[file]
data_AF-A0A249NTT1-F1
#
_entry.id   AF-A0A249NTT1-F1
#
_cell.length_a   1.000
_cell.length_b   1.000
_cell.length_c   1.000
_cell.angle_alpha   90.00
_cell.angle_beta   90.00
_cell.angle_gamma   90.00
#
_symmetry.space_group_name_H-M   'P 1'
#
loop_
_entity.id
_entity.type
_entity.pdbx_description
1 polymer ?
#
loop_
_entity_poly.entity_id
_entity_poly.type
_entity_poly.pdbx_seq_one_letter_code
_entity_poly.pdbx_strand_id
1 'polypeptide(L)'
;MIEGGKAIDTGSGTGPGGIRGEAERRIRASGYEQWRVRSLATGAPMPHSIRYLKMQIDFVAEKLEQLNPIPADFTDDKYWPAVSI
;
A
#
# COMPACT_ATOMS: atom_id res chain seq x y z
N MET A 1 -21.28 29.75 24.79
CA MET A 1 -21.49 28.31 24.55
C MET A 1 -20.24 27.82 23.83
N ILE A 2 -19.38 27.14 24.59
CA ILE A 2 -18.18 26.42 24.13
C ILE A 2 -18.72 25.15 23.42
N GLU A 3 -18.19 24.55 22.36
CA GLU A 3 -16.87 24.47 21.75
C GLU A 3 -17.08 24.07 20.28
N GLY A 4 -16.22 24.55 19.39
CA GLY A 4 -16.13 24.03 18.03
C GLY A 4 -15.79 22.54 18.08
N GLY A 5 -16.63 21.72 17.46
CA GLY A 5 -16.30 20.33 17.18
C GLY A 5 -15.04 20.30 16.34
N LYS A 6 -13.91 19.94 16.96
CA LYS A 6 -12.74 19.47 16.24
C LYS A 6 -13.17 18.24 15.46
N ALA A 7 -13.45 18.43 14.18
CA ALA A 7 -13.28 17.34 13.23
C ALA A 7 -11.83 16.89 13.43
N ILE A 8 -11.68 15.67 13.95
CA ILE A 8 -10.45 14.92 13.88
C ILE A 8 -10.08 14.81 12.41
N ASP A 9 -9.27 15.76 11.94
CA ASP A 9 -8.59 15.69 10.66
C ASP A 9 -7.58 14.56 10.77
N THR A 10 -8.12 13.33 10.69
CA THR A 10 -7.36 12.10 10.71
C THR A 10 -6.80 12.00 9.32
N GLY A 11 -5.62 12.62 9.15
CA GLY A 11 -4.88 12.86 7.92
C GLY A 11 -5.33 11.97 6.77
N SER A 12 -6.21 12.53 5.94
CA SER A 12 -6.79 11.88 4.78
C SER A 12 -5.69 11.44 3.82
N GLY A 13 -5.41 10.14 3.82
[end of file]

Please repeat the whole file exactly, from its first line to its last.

data_AF-A0A249NTT1-F1
#
_entry.id   AF-A0A249NTT1-F1
#
_cell.length_a   1.000
_cell.length_b   1.000
_cell.length_c   1.000
_cell.angle_alpha   90.00
_cell.angle_beta   90.00
_cell.angle_gamma   90.00
#
_symmetry.space_group_name_H-M   'P 1'
#
loop_
_entity.id
_entity.type
_entity.pdbx_description
1 polymer ?
#
loop_
_entity_poly.entity_id
_entity_poly.type
_entity_poly.pdbx_seq_one_letter_code
_entity_poly.pdbx_strand_id
1 'polypeptide(L)'
;MIEGGKAIDTGSGTGPGGIRGEAERRIRASGYEQWRVRSLATGAPMPHSIRYLKMQIDFVAEKLEQLNPIPADFTDDKYWPAVSI
;
A
#
# COMPACT_ATOMS: atom_id res chain seq x y z
N MET A 1 -21.28 29.75 24.79
CA MET A 1 -21.49 28.31 24.55
C MET A 1 -20.24 27.82 23.83
N ILE A 2 -19.38 27.14 24.59
CA ILE A 2 -18.18 26.42 24.13
C ILE A 2 -18.72 25.15 23.42
N GLU A 3 -18.19 24.55 22.36
CA GLU A 3 -16.87 24.47 21.75
C GLU A 3 -17.08 24.07 20.28
N GLY A 4 -16.22 24.55 19.39
CA GLY A 4 -16.13 24.03 18.03
C GLY A 4 -15.79 22.54 18.08
N GLY A 5 -16.63 21.72 17.46
CA GLY A 5 -16.30 20.33 17.18
C GLY A 5 -15.04 20.30 16.34
N LYS A 6 -13.91 19.94 16.96
CA LYS A 6 -12.74 19.47 16.24
C LYS A 6 -13.17 18.24 15.46
N ALA A 7 -13.45 18.43 14.18
CA ALA A 7 -13.28 17.34 13.23
C ALA A 7 -11.83 16.89 13.43
N ILE A 8 -11.68 15.67 13.95
CA ILE A 8 -10.45 14.92 13.88
C ILE A 8 -10.08 14.81 12.41
N ASP A 9 -9.27 15.76 11.94
CA ASP A 9 -8.59 15.69 10.66
C ASP A 9 -7.58 14.56 10.77
N THR A 10 -8.12 13.33 10.69
CA THR A 10 -7.36 12.10 10.71
C THR A 10 -6.80 12.00 9.32
N GLY A 11 -5.62 12.62 9.15
CA GLY A 11 -4.88 12.86 7.92
C GLY A 11 -5.33 11.97 6.77
N SER A 12 -6.21 12.53 5.94
CA SER A 12 -6.79 11.88 4.78
C SER A 12 -5.69 11.44 3.82
N GLY A 13 -5.41 10.14 3.82